2.1 Case Study: Why Should You Study Human Biology?

Created by CK-12/Adapted by Christine Miller

Case Study: Our Invisible Inhabitants

Figure 2.1.1 Lanying has the flu. Can she stop taking her antibiotics once she starts feeling better?

Lanying is suffering from a fever, body aches, and a painful sore throat that feels worse when she swallows. She visits her doctor, who examines her and performs a throat culture. When the results come back, he tells her that she has strep throat, which is caused by the bacteria Streptococcus pyogenes. He prescribes an antibiotic that will either kill the bacteria or stop it from reproducing, and advises her to take the full course of the treatment even if she is feeling better earlier. Stopping early can cause an increase in bacteria that are resistant to antibiotics.

Lanying takes the antibiotic as prescribed. Toward the end of the course, her throat is feeling much better — but she can’t say the same for other parts of her body! She has developed diarrhea and an itchy vaginal yeast infection. She calls her doctor, who suspects that the antibiotic treatment has caused both the digestive distress and the yeast infection. He explains that our bodies are home to many different kinds of microorganisms, some of which are actually beneficial to us because they help us digest our food and minimize the population of harmful microorganisms. When we take an antibiotic, many of these “good” bacteria are killed along with the “bad,” disease-causing bacteria, which can result in diarrhea and yeast infections.

Lanying’s doctor prescribes an antifungal medication for her yeast infection. He also recommends that she eat yogurt with live cultures, which will help replace the beneficial bacteria in her gut. Our bodies contain a delicate balance of inhabitants that are invisible without a microscope, and changes in that balance can cause unpleasant health effects.

What Is Human Biology?

As you read the rest of this book, you’ll learn more amazing facts about the human organism, and you’ll get a better sense of how biology relates to your health. Human biology is the scientific study of the human species, which includes the fascinating story of human evolution and a detailed account of our genetics, anatomy, physiology, and ecology. In short, the study focuses on how we got here, how we function, and the role we play in the natural world. This helps us to better understand human health, because we can learn how to stay healthy and how diseases and injuries can be treated. Human biology should be of personal interest to you to the extent that it can benefit your own health, as well as the health of your friends and family. This branch of science also has broader implications for society and the human species as a whole.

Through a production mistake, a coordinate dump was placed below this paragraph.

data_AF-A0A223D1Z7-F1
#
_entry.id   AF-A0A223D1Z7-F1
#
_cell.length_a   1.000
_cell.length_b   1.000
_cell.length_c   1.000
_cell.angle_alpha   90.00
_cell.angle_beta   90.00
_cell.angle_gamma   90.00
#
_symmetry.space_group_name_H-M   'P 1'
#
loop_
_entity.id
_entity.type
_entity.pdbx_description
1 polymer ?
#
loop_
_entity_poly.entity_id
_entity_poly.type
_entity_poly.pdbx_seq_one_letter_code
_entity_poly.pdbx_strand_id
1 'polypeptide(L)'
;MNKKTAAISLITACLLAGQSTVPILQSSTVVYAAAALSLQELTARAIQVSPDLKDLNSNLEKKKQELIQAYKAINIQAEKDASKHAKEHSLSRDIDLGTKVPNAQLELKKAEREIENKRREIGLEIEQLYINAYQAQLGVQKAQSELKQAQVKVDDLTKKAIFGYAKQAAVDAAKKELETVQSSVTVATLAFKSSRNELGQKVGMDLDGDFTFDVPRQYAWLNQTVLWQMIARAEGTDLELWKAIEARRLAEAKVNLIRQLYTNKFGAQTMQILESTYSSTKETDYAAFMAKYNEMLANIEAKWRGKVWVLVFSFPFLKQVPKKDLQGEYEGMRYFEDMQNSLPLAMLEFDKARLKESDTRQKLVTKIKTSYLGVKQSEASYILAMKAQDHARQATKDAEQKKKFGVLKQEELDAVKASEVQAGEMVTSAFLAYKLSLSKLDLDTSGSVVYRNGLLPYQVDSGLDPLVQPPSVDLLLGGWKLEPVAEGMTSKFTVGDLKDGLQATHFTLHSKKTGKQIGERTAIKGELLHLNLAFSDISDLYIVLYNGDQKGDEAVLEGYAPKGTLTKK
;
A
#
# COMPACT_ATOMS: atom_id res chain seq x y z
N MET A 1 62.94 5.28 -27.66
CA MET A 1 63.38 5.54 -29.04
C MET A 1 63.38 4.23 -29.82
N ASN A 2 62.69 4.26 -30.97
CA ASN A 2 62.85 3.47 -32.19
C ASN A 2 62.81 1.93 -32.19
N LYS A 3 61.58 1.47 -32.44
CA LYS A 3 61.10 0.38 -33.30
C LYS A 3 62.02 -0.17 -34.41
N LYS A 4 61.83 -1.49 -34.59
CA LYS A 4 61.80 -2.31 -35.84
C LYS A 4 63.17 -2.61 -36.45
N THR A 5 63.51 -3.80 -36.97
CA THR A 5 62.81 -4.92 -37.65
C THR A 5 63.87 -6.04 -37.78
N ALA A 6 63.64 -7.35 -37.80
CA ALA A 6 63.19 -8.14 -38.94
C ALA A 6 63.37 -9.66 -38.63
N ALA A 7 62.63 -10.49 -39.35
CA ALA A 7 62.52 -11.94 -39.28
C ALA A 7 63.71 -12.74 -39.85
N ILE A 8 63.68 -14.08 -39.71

As you continue reading, think about what you want to learn about your own body. What questions or concerns do you have? Make a list of them and use it to guide your study of human biology. You can revisit the list throughout the course to see if your questions have been answered. If not, you’ll have the tools you need to find the answers. You will have learned how to find sources of information about human biology, and you’ll be able to judge which sources are most reliable.


Chapter Overview: Living Organisms and Human Biology

In the rest of this chapter, you’ll learn about the traits shared by all living things, the basic principles that underlie all of biology, the vast diversity of living organisms, what it means to be human, and our place in the animal kingdom. Specifically, you’ll learn:

  • The seven traits shared by all living things: homeostasis, or the maintenance of a more-or-less constant internal environment; multiple levels of organization consisting of one or more cells; the use of energy and metabolism; the ability to grow and develop; the ability to evolve adaptations to the environment; the ability to detect and respond to environmental stimuli; and the ability to reproduce.
  • The basic principles that unify all fields of biology, including gene theory, homeostasis, and evolutionary theory.
  • The diversity of life (including the different kinds of biodiversity), the definition of a species, the classification and naming systems for living organisms, and how evolutionary relationships can be represented through diagrams, such as phylogenetic trees.
  • How the human species is classified and how we’ve evolved from our close relatives and ancestors.
  • The physical traits and social behaviors that humans share with other primates.

As you read this chapter, consider the following questions about Lanying’s situation:

  1. What do single-celled organisms (such as the bacteria and yeast living in and on Lanying) have in common with humans?
  2. How are bacteria, yeast, and humans classified?
  3. How do the concepts of homeostasis and biodiversity apply to Lanying’s situation?
  4. Why can stopping antibiotics early cause the development of antibiotic-resistant bacteria?



Figure 2.1.1

Photo (face mask) by Michael Amadeus, on Unsplash is used under the Unsplash license (https://unsplash.com/license).


Mayo Clinic Staff (n.d.). Strep throat [online article]. MayoClinic.org. https://www.mayoclinic.org/diseases-conditions/strep-throat/symptoms-causes/syc-20350338



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Human Biology Copyright © 2020 by Christine Miller is licensed under a Creative Commons Attribution-NonCommercial 4.0 International License, except where otherwise noted.

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